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Situated roughly between 87th and 107th streets on the north and south, and Beverly and Western avenues on the east and west
This corner of the Southwest Side, with its hilly terrain, village atmosphere, and rich history and architecture, used to be something of a private enclave. Not anymore. “There was a time when most of our buyers were people who had grown up here,” says Bernadette Molloy, who heads up Molloy & Associates. “But that’s changed. There are a lot of buyers who are new to Beverly"—people eager to snap up some of the neighborhood’s housing bargains.
Early this past summer, I walked through a 78-year-old five-bedroom brick-and-stone house whose plaster crown moldings and limestone fireplaces had been enhanced by central air conditioning, backyard landscaping, and other renovations. The place was priced at $889,000, easily half what you would expect to pay for this much grace and space on the North Side or the North Shore.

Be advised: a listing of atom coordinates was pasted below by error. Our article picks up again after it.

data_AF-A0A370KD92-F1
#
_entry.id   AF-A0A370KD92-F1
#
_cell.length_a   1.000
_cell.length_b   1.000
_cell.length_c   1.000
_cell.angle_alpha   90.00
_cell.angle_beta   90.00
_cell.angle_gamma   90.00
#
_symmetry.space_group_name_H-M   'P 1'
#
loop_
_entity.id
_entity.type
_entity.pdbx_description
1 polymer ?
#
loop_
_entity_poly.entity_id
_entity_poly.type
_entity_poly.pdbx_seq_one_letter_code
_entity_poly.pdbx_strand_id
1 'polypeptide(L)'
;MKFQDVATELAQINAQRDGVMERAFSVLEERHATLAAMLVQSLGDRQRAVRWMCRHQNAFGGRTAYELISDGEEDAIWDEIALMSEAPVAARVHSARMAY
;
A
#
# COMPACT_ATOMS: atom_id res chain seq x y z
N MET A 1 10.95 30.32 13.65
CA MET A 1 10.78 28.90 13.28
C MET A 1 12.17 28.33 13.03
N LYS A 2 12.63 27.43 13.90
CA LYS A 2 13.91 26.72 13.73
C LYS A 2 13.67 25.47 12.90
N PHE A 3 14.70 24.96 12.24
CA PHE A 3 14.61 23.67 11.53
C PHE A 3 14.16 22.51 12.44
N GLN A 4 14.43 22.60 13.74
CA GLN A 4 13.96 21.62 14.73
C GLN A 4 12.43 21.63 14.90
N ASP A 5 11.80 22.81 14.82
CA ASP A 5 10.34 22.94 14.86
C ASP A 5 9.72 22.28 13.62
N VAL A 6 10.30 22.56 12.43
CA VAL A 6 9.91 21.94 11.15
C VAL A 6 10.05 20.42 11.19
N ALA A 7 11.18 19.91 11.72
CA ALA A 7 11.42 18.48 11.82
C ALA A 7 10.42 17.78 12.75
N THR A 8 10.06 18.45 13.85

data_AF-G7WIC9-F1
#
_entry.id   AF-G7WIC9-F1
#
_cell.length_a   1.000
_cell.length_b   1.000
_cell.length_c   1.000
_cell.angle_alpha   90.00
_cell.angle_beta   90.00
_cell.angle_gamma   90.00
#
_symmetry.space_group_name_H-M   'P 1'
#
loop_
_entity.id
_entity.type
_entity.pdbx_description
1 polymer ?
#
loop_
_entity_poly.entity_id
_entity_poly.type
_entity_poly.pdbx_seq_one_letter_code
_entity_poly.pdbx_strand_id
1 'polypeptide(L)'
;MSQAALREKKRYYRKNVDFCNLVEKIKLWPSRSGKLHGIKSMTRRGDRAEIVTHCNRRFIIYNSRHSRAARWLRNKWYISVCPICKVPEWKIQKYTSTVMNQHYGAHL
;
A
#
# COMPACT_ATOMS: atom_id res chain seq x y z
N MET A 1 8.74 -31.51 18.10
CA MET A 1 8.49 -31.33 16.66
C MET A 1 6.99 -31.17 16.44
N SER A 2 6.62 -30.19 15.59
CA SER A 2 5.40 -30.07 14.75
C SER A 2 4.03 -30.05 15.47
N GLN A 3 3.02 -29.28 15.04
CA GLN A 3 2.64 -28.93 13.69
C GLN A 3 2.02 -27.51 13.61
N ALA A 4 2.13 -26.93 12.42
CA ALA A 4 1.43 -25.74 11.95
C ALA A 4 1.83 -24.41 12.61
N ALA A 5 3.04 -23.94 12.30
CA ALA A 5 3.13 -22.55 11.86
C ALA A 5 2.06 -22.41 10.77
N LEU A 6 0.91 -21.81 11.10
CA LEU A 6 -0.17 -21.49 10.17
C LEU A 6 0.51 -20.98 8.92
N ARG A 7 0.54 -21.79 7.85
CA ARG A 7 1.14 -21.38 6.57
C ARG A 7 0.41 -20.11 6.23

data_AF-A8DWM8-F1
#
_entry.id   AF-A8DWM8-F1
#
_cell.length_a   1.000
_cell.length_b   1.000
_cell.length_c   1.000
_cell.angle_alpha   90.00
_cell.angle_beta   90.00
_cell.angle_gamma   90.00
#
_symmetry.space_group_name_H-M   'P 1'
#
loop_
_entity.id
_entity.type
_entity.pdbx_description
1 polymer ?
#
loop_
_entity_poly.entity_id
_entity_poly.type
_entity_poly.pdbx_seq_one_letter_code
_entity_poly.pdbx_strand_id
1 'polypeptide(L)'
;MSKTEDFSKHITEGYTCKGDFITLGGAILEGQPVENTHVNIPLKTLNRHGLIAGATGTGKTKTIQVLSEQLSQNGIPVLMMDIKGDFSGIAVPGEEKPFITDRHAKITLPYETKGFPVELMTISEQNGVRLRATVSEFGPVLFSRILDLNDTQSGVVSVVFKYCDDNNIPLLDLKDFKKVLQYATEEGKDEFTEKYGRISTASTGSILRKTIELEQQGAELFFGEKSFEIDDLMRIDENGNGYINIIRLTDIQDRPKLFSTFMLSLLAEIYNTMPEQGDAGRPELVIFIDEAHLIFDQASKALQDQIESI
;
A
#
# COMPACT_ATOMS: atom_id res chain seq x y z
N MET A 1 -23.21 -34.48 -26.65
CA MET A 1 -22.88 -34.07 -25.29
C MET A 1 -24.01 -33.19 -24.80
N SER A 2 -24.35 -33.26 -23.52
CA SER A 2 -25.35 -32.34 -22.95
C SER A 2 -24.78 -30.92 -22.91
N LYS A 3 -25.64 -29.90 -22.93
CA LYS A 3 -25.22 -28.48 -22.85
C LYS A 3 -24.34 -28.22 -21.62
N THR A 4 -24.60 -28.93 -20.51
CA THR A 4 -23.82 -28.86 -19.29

Large or small—and Beverly has both—the housing here is still a great deal, even after a few years of what Molloy calls “big inflation, for us.” Recently, prices have come back down a bit. East of the Metra tracks and south of 99th Street, there are blocks of nice houses from the early 20th century that, when they come on the market, are mostly priced under $400,000.
PLUS: Cultural events at the distinguished Beverly Arts Center; the peaceful Dan Ryan Woods
MINUS: Despite some promising new shops, the more typical retail outlets are the small, dated shops along Western Avenue.
2 days ago